Former Kansas standout Silvio De Sousa has been to the NCAA Tournament and told his new Chattanooga teammates just how much fun playing in the postseason can be.
Now the Mocs are about the find out firsthand for themselves.
For De Sousa, it has been a tumultuous trek back to the tournament. He is a big reason the 13th-seeded Mocs will be playing No. 4 seed Illinois on Friday night in Pittsburgh in the South Region, and he is also a big reason why the Jayhawks are still in NCAA limbo.
“I think the very first practice I remember saying in the locker room, ‘You think playing ball is fun? Just make it to the NCAA Tournament, you’ll have a lot more fun,'” De Sousa recalled telling his Chattanooga teammates. “I just hope they will get to enjoy it, and just have the fun I once told them about. It's a great experience.”
It's taken De Sousa some time to get here again.
His recruitment to Kansas was part of a federal investigation into corruption in college basketball tying Kansas, Arizona and Louisville among others to possible NCAA violations.
The Kansas case is among a handful still making its way through the Independent Accountability Resolution Process (IARP), created out of proposals from the commission led by former U.S. Secretary of State Condoleezza Rice in 2018 to reform the sport.
The 6-foot-9 forward made headlines in January 2020 for his part in a brawl late in Kansas' 81-60 over Kansas State. De Sousa sent DaJuan Gordon sprawling and stood over him, triggering both benches to empty. De Sousa picked up a stool at one point and held it over his head before an assistant grabbed it away.
After the long, winding road, De Sousa graduated from Kansas last May. In July, he decided to continue playing at Chattanooga, a Southern Conference program with its own proud NCAA Tournament history.
This is the Mocs' 12th NCAA Tournament berth and first since 2016. Kansas also is back in a customary spot as a No. 1 seed for the first time since 2018, this time in the Midwest Region. The only way De Sousa would face his former team would be if Chattanooga gets to its first Final Four.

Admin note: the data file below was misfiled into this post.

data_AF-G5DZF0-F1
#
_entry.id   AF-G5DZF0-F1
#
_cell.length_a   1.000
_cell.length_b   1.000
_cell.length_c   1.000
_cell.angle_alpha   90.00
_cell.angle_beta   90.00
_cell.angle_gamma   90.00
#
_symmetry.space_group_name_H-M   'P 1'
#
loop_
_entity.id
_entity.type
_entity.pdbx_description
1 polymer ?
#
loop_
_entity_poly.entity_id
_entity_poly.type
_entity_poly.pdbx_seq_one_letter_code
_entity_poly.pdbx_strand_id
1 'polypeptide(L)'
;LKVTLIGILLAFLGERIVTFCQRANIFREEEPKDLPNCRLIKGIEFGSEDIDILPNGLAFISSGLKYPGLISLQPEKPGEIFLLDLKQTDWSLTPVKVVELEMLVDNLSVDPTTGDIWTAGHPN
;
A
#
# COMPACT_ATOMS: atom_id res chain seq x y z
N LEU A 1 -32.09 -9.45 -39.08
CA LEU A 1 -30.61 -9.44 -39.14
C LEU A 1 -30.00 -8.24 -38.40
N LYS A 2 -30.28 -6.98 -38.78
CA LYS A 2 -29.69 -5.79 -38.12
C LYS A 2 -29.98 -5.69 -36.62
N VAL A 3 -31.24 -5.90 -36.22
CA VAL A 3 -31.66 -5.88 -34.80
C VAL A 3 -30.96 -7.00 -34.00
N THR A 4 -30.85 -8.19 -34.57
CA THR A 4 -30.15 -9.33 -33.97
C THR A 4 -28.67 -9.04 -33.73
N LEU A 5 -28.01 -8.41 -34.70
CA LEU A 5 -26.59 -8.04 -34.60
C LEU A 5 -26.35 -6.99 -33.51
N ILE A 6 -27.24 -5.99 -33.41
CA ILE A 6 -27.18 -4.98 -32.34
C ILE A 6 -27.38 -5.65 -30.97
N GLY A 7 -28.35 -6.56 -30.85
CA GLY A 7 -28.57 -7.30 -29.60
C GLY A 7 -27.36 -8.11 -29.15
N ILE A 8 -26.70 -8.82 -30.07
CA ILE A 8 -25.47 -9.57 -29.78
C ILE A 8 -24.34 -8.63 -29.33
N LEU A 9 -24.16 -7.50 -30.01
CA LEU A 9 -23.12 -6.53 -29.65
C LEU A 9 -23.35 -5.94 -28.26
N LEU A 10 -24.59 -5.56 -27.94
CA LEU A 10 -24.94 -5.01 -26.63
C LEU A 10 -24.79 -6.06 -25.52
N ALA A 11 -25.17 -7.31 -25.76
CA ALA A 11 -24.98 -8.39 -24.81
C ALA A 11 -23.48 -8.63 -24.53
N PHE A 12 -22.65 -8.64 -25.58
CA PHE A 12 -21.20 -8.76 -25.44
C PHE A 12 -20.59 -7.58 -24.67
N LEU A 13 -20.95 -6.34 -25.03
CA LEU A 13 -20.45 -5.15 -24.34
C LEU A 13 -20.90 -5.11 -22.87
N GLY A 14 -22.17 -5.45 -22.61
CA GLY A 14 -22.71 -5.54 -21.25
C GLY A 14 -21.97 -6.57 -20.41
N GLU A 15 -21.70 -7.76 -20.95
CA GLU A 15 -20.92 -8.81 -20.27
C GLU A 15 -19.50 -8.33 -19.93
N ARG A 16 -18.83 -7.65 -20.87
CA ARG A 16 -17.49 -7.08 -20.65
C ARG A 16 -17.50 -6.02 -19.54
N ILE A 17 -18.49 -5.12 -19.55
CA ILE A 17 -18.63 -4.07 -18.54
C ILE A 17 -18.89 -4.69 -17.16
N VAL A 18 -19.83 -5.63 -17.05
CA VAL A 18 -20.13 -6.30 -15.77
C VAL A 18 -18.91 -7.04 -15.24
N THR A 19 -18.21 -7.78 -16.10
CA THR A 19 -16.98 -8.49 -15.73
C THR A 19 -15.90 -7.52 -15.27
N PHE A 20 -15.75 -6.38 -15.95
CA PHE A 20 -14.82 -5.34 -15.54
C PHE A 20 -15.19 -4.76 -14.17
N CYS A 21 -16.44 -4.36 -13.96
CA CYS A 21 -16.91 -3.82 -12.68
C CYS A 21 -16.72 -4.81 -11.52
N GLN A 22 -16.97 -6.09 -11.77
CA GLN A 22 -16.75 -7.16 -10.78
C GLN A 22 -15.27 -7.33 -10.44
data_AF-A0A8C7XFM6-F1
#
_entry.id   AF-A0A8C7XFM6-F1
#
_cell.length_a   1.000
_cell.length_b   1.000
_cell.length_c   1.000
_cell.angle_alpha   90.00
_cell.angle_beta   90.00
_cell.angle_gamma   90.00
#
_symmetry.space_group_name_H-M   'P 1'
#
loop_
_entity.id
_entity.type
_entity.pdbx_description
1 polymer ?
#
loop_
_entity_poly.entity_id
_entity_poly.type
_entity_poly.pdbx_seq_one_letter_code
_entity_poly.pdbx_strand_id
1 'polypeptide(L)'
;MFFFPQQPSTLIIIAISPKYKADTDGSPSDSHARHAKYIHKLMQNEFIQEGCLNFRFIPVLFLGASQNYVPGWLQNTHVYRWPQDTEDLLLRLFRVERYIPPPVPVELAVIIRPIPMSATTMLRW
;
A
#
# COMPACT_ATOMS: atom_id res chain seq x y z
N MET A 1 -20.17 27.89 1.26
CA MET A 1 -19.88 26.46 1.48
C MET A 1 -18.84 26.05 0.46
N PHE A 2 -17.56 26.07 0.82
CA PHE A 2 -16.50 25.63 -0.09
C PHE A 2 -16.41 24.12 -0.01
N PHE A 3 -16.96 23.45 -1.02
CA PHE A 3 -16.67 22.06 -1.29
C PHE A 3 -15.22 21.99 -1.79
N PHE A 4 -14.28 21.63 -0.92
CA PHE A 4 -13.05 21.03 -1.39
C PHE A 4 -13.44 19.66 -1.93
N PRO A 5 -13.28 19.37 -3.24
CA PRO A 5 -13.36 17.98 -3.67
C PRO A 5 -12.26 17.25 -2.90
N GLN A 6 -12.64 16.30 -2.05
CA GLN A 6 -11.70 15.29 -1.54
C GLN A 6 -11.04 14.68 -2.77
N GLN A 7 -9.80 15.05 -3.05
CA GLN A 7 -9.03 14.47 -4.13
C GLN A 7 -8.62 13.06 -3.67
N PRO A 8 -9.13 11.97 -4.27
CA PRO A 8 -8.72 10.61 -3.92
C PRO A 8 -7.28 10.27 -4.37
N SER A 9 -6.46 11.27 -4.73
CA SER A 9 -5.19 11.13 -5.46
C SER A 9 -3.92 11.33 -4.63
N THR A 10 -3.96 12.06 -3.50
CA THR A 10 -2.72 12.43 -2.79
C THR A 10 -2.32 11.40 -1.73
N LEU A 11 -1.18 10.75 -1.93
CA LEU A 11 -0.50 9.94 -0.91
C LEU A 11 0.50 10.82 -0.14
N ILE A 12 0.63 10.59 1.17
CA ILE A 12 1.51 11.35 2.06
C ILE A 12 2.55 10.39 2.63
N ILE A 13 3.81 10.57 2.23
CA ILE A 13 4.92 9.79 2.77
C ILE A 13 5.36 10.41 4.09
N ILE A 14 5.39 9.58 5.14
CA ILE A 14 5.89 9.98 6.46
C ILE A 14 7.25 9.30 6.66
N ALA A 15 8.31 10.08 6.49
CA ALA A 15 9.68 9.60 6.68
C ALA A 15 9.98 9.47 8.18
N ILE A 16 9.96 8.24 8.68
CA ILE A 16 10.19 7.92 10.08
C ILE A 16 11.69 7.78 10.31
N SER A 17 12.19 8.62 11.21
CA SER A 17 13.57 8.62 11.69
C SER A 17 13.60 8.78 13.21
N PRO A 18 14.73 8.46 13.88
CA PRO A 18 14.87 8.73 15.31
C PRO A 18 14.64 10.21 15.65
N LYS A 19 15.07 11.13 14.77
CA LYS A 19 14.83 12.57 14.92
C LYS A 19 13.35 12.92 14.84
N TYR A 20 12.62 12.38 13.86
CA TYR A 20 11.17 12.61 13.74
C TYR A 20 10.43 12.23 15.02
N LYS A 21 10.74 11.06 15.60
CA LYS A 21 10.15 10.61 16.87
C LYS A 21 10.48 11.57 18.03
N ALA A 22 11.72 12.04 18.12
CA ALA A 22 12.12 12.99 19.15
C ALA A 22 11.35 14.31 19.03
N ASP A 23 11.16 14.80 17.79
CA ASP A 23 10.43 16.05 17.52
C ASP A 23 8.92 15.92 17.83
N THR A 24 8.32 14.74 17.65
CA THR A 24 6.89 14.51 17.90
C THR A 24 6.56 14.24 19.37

Self is happy for De Sousa.
The coach told The Associated Press recently that he texted with De Sousa after Chattanooga won the Southern Conference Tournament championship in overtime. De Sousa scored 17 points and grabbed 14 rebounds in the title game after averaging 11.1 points a game this season.
“It was so good to see him end on a high note and have a good taste in his mouth leaving college basketball as opposed to not having that if he didn't get to,” Self said.
Chattanooga coach Lamont Paris is happy to have De Sousa on his roster.
Paris has a team capable of pulling off an upset — or two — in the tourney.
He was an assistant coach at Wisconsin, where he was part of two Final Four teams, including the 2015 national runners-up, before getting his first head coaching job with the Mocs in 2017.
Paris recruited guard David Jean-Baptiste, who hit the game-winning 3 in overtime to clinch this NCAA berth.
Jean-Baptiste joined guard Malachi Smith in testing their NBA draft stock last summer before returning to Chattanooga in early July. De Sousa announced his transfer to Chattanooga less than two weeks later. They are the team's leading scorers and helped the Mocs win the Southern Conference's regular season title.
Paris said adding the conference tournament title to the Mocs' regular season crown is the success he dreamed about having at Chattanooga.
And De Sousa is a big part of that success.
“This net is a byproduct of getting all those other things right,” Paris said. "The right kids, the right culture, getting the city into it, the community on top of it. If you get all those things, nets can’t help but happen at some point. That’s what my vision was, and we got the right people on the boat in order to make it happen.”
AP Basketball Writer Dave Skretta contributed to this report.
More AP coverage of March Madness: https://apnews.com/hub/march-madness and https://apnews.com/hub/college-basketball and https://twitter.com/AP_Top25